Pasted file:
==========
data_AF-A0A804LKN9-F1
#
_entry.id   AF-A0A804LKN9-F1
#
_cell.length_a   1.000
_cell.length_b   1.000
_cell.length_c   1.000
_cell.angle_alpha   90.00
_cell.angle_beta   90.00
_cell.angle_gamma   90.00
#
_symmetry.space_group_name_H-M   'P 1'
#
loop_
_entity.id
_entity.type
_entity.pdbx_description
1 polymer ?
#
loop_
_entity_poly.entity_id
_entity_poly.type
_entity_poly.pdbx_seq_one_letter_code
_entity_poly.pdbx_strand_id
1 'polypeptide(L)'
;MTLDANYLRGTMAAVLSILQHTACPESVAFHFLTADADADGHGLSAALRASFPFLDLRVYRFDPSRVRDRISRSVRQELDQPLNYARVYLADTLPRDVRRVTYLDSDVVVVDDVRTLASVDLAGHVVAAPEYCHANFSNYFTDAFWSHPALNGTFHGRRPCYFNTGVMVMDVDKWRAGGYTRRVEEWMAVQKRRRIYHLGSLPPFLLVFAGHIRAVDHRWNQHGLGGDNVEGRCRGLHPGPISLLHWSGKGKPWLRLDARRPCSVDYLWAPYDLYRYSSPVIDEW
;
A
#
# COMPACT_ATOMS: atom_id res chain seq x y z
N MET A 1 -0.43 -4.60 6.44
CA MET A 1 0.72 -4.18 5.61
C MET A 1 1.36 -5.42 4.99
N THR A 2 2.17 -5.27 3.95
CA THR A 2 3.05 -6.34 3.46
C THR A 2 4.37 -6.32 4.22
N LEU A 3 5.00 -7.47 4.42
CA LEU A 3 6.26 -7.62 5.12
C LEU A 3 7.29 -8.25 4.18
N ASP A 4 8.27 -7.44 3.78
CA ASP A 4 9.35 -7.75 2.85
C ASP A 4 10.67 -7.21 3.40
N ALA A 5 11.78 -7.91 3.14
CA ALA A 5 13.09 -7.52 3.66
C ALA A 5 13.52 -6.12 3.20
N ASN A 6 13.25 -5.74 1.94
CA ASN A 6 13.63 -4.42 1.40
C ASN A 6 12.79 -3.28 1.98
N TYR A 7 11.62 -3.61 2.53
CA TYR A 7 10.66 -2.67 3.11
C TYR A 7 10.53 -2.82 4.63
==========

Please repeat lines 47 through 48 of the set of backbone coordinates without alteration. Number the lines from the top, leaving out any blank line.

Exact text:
CA ASN A 6 13.63 -4.42 1.40
C ASN A 6 12.79 -3.28 1.98